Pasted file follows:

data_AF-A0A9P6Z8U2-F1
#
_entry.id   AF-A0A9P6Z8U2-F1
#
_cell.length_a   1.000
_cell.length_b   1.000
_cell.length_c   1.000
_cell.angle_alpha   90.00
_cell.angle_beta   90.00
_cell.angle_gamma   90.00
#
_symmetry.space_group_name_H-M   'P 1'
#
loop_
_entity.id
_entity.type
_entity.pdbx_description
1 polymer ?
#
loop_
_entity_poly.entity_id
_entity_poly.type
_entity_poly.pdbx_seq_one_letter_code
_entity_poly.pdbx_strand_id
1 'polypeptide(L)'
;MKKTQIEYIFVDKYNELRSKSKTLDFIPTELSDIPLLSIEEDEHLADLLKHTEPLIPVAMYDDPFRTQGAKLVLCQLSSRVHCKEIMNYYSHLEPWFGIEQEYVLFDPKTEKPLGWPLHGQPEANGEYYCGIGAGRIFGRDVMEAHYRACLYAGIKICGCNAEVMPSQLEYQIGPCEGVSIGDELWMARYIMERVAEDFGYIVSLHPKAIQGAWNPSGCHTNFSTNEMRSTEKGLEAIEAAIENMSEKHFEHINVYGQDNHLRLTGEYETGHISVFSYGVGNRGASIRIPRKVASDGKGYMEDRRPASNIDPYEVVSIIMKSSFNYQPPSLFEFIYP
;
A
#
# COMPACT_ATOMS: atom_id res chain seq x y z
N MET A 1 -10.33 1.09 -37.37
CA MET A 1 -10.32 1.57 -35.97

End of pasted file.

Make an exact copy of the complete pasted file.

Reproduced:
data_AF-A0A9P6Z8U2-F1
#
_entry.id   AF-A0A9P6Z8U2-F1
#
_cell.length_a   1.000
_cell.length_b   1.000
_cell.length_c   1.000
_cell.angle_alpha   90.00
_cell.angle_beta   90.00
_cell.angle_gamma   90.00
#
_symmetry.space_group_name_H-M   'P 1'
#
loop_
_entity.id
_entity.type
_entity.pdbx_description
1 polymer ?
#
loop_
_entity_poly.entity_id
_entity_poly.type
_entity_poly.pdbx_seq_one_letter_code
_entity_poly.pdbx_strand_id
1 'polypeptide(L)'
;MKKTQIEYIFVDKYNELRSKSKTLDFIPTELSDIPLLSIEEDEHLADLLKHTEPLIPVAMYDDPFRTQGAKLVLCQLSSRVHCKEIMNYYSHLEPWFGIEQEYVLFDPKTEKPLGWPLHGQPEANGEYYCGIGAGRIFGRDVMEAHYRACLYAGIKICGCNAEVMPSQLEYQIGPCEGVSIGDELWMARYIMERVAEDFGYIVSLHPKAIQGAWNPSGCHTNFSTNEMRSTEKGLEAIEAAIENMSEKHFEHINVYGQDNHLRLTGEYETGHISVFSYGVGNRGASIRIPRKVASDGKGYMEDRRPASNIDPYEVVSIIMKSSFNYQPPSLFEFIYP
;
A
#
# COMPACT_ATOMS: atom_id res chain seq x y z
N MET A 1 -10.33 1.09 -37.37
CA MET A 1 -10.32 1.57 -35.97